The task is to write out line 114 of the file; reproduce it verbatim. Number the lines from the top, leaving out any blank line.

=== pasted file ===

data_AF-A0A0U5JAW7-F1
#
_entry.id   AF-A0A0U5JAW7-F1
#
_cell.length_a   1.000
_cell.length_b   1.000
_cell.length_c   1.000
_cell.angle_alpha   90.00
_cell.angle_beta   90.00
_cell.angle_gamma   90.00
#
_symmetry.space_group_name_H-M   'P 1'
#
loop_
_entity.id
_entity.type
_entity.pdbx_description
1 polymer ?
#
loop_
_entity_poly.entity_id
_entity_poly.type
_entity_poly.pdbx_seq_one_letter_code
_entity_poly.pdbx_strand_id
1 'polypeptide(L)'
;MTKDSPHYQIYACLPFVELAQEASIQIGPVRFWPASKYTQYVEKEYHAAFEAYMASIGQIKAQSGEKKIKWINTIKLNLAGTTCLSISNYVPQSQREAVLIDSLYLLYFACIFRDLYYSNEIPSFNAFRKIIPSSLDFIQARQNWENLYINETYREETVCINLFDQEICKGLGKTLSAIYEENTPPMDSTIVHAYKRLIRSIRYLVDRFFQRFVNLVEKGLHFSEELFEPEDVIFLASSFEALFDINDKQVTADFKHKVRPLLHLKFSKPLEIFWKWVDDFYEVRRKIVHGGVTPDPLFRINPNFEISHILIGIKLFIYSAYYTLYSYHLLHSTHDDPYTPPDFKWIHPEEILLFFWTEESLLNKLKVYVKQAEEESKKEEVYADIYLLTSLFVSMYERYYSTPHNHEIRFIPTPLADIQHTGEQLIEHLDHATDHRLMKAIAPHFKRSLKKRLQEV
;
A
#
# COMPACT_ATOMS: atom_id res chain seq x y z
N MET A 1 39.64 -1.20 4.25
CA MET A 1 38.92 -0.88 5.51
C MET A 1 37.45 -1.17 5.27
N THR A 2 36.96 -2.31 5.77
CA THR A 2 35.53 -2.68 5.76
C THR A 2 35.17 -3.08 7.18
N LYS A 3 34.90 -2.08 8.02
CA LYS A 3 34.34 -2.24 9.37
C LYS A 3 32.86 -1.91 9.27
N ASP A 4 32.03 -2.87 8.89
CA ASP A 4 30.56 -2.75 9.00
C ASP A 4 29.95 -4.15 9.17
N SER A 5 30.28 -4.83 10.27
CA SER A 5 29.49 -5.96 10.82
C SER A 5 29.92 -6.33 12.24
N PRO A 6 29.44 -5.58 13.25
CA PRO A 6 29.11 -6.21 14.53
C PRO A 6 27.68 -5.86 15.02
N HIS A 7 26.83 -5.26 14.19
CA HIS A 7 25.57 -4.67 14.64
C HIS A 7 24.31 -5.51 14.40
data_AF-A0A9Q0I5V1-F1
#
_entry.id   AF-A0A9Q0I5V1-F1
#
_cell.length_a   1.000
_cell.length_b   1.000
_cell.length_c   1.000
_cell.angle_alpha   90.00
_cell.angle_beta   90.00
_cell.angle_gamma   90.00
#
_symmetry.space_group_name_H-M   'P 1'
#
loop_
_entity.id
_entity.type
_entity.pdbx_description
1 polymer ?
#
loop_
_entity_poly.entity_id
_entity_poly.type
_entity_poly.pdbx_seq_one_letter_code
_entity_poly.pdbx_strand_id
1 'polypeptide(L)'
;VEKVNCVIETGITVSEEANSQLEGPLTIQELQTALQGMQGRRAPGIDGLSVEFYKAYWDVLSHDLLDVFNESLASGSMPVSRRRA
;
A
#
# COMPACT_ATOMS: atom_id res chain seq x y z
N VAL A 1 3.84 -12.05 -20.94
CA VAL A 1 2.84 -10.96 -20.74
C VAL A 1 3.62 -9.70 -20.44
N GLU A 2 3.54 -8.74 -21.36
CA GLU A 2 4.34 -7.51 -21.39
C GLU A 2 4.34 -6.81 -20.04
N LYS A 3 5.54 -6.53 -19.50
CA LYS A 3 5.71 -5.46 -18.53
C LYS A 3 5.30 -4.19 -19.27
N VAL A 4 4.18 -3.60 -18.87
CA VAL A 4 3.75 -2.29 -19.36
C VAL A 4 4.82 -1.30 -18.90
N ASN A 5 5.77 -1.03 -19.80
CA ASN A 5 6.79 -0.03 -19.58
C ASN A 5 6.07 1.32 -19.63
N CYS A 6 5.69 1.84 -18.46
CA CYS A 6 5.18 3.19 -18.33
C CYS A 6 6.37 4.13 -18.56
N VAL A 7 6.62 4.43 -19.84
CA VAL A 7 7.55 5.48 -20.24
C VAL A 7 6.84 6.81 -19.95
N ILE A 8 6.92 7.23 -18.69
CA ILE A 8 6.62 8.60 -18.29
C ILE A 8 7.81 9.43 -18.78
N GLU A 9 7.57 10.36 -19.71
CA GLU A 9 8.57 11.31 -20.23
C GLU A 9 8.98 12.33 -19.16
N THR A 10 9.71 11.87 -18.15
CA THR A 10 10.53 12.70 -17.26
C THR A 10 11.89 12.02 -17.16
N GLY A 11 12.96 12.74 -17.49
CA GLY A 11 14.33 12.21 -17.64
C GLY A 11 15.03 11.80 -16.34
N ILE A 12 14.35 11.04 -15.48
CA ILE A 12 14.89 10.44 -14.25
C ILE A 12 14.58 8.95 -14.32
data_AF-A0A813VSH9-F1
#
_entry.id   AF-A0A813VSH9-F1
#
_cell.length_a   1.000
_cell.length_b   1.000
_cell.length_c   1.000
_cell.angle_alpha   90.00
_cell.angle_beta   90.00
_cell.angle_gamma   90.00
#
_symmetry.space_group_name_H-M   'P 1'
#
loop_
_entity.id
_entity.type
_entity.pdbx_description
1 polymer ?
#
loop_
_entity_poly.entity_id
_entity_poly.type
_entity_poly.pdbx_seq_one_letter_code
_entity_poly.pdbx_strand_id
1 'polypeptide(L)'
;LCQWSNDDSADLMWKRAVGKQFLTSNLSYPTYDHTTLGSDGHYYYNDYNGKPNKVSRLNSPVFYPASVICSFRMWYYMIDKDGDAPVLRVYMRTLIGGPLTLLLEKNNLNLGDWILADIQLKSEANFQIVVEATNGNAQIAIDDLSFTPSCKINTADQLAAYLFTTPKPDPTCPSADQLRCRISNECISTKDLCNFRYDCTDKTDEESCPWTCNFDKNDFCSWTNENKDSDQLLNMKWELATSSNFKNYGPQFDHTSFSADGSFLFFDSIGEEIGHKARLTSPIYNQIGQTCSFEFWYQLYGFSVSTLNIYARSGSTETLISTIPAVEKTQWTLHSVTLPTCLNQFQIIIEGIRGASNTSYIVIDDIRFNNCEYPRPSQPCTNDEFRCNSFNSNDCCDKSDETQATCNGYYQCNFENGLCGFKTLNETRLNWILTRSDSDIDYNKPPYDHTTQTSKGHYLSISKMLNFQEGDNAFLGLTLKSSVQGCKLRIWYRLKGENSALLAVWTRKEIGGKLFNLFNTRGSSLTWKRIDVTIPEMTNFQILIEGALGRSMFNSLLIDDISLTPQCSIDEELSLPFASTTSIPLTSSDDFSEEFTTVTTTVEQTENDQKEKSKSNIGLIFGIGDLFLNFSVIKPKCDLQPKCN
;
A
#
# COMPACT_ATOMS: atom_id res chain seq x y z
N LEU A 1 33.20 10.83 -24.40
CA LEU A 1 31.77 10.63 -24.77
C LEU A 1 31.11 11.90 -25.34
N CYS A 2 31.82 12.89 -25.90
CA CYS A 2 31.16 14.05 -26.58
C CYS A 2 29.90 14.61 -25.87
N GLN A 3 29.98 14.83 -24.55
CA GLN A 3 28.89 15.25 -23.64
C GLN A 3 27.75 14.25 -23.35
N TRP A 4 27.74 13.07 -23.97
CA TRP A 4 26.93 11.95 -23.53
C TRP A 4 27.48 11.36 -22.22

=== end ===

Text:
C GLY A 11 15.03 11.80 -16.34